Grounds are liable to in those Parts. As we marcht along we saw many 
Buffalo-Tracks, and abundance of their Dung very Fresh, but could not 
have the pleasure of seeing them. They either Smelt us out, having that 
sense very Quick, or else were alarm'd at the Noise that so many People 
must necessarily make in marching along. At the Sight of a Man they 
will Snort and Grunt, cock up their ridiculous Short Tails, and tear up 
the Ground with a Sort of Timorous Fury. 

These wild Cattle hardly ever range alone, but herd together like those 
that are tame. They are Seldom seen so far North as 40° of latitude, de- 
lighting much in canes and Reeds, which grow generally more Southerly. 

We quartered on the Banks of a Creek that the Inhabitants call Tewa- 
hominy, or Tuskarooda creek, because one of that Nation had been kill'd 
thereabouts, and his Body thrown into the Creek. 

Our People had the Fortune to kill a Brace of does, one of which we 
presented to the Carolina-Gentlemen, who were glad to partake of the 
Bounty of Providence, at the same time that they sneer'd at us for de- 
pending upon it. 

4. We hurry'd away the Surveyors about 9 this Morning, who ex- 
tended the Line 7 Miles and 160 Poles, notwithstanding the Ground was 
exceedingly uneaven. At the Distance of five Miles we forded a stream 
to which we gave the Name of Blewing creek, because of the great Num- 
ber of those Fowls that then frequented it.^^ 

About 2^2 Miles beyond that, we came upon Sugar-Tree-Creek, so call'd 
from the many Trees of that kind that grow upon it. By tapping this 
Tree, in the first Warm weather in February, one may get from 20 to 40 
Gallons of Liquor, very sweet to the tast and agreeable to the Stomach. 
This may be boil'd into molosses first, and afterwards into very good 
Sugar, allowing about 10 Gallons of the Liquor to make a Pound. There's 
no doubt, too, that a very fine Spirit may be distill'd from the molasses, 
at least as good as Rum. The Sugar Tree delights only in Rich Ground, 

"^ Reference is to the Bluewing, a small creek-water duck, much esteemed as a 

October 1 The Secret History 167 

3. We hurry'd away the Surveyors by 9, who ran something more 
than 81/2 Miles. We follow'd them at 11, & crost several Branches 
of Excellent Water. We went thro' a large level of very rich 
high-Land, near 2 Miles in Length & of an unknown Breadth. Our 
Indian kill'd one Deer, & William Pool another, & this last we 
graciously gave to the Carolina Men, who deserv'd it not, because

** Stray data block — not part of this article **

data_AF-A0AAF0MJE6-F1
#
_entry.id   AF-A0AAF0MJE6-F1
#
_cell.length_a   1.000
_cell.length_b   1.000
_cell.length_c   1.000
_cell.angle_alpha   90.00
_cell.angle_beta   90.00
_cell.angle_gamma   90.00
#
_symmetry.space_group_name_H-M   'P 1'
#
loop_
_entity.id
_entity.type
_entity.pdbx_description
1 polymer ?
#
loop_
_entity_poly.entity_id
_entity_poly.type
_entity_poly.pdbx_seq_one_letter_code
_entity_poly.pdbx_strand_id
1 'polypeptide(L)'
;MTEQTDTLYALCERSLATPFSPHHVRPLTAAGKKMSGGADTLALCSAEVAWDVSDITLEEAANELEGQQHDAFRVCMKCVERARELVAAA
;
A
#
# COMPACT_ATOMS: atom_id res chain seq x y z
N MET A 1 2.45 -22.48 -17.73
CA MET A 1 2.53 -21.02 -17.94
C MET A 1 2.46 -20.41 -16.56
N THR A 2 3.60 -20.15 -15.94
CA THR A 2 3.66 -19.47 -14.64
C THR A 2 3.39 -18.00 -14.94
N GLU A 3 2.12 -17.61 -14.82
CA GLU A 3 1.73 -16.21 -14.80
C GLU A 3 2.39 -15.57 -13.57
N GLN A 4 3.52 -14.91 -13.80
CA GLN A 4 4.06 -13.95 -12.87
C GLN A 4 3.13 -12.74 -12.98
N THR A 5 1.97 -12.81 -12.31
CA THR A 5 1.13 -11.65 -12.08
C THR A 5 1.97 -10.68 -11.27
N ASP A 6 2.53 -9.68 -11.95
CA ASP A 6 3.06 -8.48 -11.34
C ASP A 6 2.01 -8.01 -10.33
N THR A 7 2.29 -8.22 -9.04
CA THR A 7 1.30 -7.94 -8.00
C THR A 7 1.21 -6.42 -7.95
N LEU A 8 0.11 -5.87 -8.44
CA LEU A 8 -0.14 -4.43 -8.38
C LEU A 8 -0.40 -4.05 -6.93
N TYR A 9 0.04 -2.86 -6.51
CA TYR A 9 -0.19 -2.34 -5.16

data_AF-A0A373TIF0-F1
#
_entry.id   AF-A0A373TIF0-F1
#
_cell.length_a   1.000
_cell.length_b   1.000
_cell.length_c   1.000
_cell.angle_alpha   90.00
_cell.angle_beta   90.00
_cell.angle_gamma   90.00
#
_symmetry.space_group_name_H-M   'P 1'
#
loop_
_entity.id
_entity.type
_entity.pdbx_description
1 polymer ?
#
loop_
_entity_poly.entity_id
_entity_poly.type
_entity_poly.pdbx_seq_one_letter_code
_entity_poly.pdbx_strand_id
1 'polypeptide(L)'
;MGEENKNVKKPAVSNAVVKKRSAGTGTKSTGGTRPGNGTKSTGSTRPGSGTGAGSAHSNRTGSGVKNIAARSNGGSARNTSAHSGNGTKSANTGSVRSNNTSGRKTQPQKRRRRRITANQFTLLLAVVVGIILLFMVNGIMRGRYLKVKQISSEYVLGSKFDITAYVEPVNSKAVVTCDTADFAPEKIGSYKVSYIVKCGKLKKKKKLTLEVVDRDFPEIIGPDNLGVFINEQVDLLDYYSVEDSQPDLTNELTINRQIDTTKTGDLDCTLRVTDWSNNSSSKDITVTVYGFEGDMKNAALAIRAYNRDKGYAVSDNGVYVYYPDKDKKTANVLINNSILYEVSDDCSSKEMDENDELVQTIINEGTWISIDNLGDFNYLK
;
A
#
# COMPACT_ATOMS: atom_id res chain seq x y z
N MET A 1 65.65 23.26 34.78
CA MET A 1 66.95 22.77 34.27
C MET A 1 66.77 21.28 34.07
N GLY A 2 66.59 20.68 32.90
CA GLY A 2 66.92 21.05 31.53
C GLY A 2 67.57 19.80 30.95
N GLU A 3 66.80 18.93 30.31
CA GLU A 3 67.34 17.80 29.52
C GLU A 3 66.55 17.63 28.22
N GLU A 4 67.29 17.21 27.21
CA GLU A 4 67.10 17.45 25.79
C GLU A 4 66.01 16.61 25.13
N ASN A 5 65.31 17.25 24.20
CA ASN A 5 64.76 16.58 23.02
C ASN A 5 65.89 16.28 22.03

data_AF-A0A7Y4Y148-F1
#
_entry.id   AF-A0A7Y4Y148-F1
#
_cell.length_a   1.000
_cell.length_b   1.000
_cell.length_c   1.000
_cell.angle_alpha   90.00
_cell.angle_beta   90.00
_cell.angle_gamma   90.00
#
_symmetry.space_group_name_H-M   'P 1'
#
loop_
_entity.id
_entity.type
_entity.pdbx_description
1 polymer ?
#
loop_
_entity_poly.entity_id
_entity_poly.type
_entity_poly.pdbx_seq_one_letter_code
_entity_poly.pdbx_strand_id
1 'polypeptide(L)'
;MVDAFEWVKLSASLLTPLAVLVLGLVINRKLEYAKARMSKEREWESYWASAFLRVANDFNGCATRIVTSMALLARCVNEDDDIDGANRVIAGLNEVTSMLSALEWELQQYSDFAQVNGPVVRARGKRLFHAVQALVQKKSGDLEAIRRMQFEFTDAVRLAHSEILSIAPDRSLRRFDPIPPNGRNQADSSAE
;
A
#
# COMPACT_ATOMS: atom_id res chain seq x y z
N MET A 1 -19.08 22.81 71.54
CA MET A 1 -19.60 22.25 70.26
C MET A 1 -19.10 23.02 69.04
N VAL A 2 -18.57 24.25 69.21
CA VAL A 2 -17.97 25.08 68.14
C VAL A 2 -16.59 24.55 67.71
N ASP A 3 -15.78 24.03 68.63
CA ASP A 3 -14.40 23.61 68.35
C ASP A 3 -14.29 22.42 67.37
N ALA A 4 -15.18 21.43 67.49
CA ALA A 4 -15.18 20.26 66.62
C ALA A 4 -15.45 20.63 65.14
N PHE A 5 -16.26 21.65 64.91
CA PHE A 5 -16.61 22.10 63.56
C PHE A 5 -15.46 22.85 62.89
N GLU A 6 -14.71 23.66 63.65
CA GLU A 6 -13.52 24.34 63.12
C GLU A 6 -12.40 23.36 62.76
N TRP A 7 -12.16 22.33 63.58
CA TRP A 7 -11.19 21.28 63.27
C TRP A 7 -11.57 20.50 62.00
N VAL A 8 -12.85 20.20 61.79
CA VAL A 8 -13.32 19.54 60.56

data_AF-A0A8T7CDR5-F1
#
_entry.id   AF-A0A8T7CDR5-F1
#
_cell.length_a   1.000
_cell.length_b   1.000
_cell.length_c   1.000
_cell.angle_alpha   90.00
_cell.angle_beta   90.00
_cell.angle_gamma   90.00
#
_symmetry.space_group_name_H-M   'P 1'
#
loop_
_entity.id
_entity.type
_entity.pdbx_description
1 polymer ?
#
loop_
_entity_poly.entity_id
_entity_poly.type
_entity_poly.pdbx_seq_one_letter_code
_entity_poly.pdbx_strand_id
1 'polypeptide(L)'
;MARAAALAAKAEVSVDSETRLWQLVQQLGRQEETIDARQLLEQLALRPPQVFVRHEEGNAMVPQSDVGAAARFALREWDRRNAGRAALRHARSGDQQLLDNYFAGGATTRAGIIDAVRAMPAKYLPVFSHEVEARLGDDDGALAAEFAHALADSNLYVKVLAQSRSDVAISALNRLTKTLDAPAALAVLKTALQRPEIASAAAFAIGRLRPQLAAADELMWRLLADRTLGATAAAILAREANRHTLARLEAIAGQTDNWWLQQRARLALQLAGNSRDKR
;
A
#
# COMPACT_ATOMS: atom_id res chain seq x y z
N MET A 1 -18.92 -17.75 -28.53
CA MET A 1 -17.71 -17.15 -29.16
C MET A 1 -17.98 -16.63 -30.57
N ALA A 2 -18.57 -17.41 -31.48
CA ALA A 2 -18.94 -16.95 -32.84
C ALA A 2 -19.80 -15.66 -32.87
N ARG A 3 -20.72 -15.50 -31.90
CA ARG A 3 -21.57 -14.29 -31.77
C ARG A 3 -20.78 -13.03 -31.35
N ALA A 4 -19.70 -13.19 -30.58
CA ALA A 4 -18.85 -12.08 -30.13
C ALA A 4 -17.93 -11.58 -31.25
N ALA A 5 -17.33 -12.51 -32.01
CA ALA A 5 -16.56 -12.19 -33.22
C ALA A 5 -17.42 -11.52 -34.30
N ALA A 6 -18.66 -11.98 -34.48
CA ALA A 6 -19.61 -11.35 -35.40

they had declared they did not care to rely on Providence. We 
encampt upon Tewahominy or Tuscoruda Creek. We saw many 
Buffalo Tracks, & abundance of their Dung, but the Noise we made 
drove them all from our Sight. The Carolina Commissioners 
with their Leader, lagg'd behind to stop the Craveings of their 
Appetites, nor were we ever happy with their Conversation, but 
only at Dinner, when they play'd their Parts more for spite than 

4. The Surveyors got to work a little after 9, & extended the Line 
near 8 Miles, notwithstanding the Ground was very uneven. We 
decampt after them about 11, & at 5 Miles Distance crost Blew- 
ing Creek,^^ & 3 Miles beyond that, we forded Sugar-Tree Creek, 
& pitch't our Tent on the West Side of it. This Creek receiv'd its 
Name from many Sugar Trees, which grow in the Low-Grounds 
of it. By tapping the Sugar Tree in the Spring, a great Quantity 
of Sugar flows out of it, which may be boil'd up into good Sugar. 
It grows very tall, & the Wood of it is very soft & Spungy. Here 
we also found abundance of Spice Trees, whose Leaves are fra- 
grant, & the Berry they bear is black when dry, & hot like Pepper. 
Both these Trees grow only in a very rich Soil. The Low Ground 
upon this Creek is very wide, sometimes on One Side, sometimes 

See Note 66, History of the Dividing Line. 

168 History of the Dividing [October 

where it grows very tall, and by the Softness and Spunginess of the Wood 
shou'd be a quick Grower. 

Near this Creek we discovered likewise Several Spice-Trees, the Leaves 
of which are fragrant, and the Berries they bear are black when dry, 
and of a hot tast, not much unlike Pepper. 

The low Grounds upon the creek are very wide, sometimes on one 
Side, Sometimes on the Other; tho' most commonly upon the Opposite 
Shore the high-land advances close to the Bank, only on the North-Side 
of the Line it spreads itself into a great Breadth of rich low Ground 
on both sides the Creek for four Miles together, as far as this Stream 
runs into Hico-River, whereof I shall presently make mention. 

One of our Men Spy'd three Buffaloes, but his Piece being loaded 
only with Goose-shot, he was able to make no effectual Impression on 
their thick hides; however, this Disappointment was made up by a Brace 
of Bucks, and as many Wild Turkeys, kill'd by the rest of the company. 

Thus Providence was very Bountiful to our Endeavours, never dis- 
appointing those that Faithfully rely upon it, and pray heartily for their 
Daily Bread. 

5. This day we met with such uneven Grounds, and thick Underwoods, 
that with all our Industry we were able to advance the Line but 4 Miles 
and 312 Poles. In this small Distance it intersected a large stream four